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Presbyopia and Getting Older


Visit your Duluth, MN Optometrist to Learn More About Treatment Options


Presbyopia is a visual impairment related to aging in which the ability to focus on close objects becomes reduced. As people worldwide are living longer, a larger number of individuals develop presbyopia, which is an unavoidable result of your aging eye.


Your eye's lenses bend when focusing on objects at differing distances. Some theories are that with age, that elasticity is reduced since the lenses harden. This phenomenon is known as presbyopia and is often first noticed by an increased difficulty focusing on things at a close distance. This usually starts to happen around the age of 40. Those with the condition often manage with the reduced vision by holding the paper far away or standing away from the object they want to focus on. Transitions from looking at distant things to nearer ones are often strenuous for those with presbyopia. This strain could add to one's discomfort by causing eye strain, fatigues or headaches.


Most commonly bifocals or progressives (PALs) are used to correct this condition. Bifocal lenses are separated into two points of focus, one is for seeing things from a distance and a second, lower portion for looking at things that are close by. Progressive lenses use the same principal as bifocal lenses, but the transitions between the two prescriptions are more gradual and have no visible distinction between them. Users will more easily change visual focus, as they could with normal eyesight. Another option is reading glasses which are usually worn just when needed as opposed to all day.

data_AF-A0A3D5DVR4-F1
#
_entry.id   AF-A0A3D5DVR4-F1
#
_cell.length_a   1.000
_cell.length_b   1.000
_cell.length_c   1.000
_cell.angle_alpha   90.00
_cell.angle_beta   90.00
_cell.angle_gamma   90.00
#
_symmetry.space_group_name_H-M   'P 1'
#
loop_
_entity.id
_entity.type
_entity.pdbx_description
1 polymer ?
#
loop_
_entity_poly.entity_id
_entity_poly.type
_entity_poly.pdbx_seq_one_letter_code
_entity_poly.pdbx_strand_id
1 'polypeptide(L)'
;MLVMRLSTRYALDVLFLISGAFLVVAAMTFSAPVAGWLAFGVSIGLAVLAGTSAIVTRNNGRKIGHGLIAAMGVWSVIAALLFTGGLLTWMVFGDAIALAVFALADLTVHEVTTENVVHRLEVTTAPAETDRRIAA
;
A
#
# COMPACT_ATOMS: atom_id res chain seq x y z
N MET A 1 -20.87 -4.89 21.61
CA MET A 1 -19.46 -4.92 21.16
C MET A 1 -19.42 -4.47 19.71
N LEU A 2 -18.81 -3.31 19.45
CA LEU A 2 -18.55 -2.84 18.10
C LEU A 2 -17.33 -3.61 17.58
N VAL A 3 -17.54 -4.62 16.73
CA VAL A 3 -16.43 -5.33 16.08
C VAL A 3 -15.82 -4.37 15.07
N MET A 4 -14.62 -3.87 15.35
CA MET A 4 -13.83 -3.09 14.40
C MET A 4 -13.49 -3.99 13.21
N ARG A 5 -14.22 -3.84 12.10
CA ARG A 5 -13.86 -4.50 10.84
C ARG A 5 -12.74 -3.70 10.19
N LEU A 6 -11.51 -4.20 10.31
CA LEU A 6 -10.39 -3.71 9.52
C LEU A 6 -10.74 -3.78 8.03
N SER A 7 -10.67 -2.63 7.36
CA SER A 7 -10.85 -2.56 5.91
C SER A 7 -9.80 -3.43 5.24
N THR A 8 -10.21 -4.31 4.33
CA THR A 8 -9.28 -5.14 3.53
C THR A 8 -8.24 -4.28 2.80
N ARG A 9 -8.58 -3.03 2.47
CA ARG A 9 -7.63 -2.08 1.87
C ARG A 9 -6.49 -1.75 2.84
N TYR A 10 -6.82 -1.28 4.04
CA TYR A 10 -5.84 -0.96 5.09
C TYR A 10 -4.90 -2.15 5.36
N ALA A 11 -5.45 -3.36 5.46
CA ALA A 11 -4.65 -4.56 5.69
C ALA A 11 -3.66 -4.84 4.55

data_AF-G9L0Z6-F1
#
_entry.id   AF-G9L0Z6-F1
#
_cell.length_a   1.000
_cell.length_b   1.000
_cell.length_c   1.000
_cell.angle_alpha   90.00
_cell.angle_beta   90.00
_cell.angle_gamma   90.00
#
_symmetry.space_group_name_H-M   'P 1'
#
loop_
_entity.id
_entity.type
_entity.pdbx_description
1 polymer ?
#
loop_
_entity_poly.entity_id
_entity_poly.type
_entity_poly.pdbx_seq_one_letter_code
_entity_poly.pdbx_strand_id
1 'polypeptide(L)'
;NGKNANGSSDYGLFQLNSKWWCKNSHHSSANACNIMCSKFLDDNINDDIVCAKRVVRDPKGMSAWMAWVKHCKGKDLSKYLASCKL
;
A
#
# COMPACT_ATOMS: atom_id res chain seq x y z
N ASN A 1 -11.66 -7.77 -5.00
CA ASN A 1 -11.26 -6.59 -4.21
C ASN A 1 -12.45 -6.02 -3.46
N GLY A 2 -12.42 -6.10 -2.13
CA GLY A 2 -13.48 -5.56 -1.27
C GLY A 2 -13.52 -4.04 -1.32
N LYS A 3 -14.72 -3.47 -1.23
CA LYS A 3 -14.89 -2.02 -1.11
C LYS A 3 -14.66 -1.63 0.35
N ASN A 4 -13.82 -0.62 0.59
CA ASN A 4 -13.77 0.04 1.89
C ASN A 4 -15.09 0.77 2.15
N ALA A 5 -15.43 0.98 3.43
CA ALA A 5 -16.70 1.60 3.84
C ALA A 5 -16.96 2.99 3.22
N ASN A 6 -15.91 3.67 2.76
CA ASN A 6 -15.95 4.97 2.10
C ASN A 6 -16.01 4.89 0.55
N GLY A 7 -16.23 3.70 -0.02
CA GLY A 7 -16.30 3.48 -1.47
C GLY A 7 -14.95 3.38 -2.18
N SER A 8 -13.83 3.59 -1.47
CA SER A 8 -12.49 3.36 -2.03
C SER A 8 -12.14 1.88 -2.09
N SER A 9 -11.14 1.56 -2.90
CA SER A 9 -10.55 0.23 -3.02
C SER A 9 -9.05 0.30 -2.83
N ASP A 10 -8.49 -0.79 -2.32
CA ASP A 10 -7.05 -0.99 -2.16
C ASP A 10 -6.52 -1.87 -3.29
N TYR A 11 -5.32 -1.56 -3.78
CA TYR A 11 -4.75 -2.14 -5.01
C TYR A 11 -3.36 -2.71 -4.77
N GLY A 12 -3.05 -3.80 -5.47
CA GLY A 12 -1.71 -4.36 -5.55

Presbyopes can also consider multifocal contact lenses or monovision lens correction (in which one eye is prescribed a correction for distance vision and the other near vision) to improve the condition. It may take a couple of attempts to figure out the best method and type of contacts because different prescriptions can have an effect on your comfort or distance vision.


There are also options for other procedures including surgery that could be considered that may be worth discussing with your optometrist. Many people find the most success by using a combination of treatments for presbyopia. Additionally, since your eyesight will likely deteriorate with age, it is likely that you will be required to keep adapting the strength of your correction. With the population growing older, there is quite a bit of research being done to discover additional effective treatments for presbyopia.


Noticing symptoms of presbyopia? Call for a visit with your Duluth, MN optometrist. Improved vision is only a quick call away!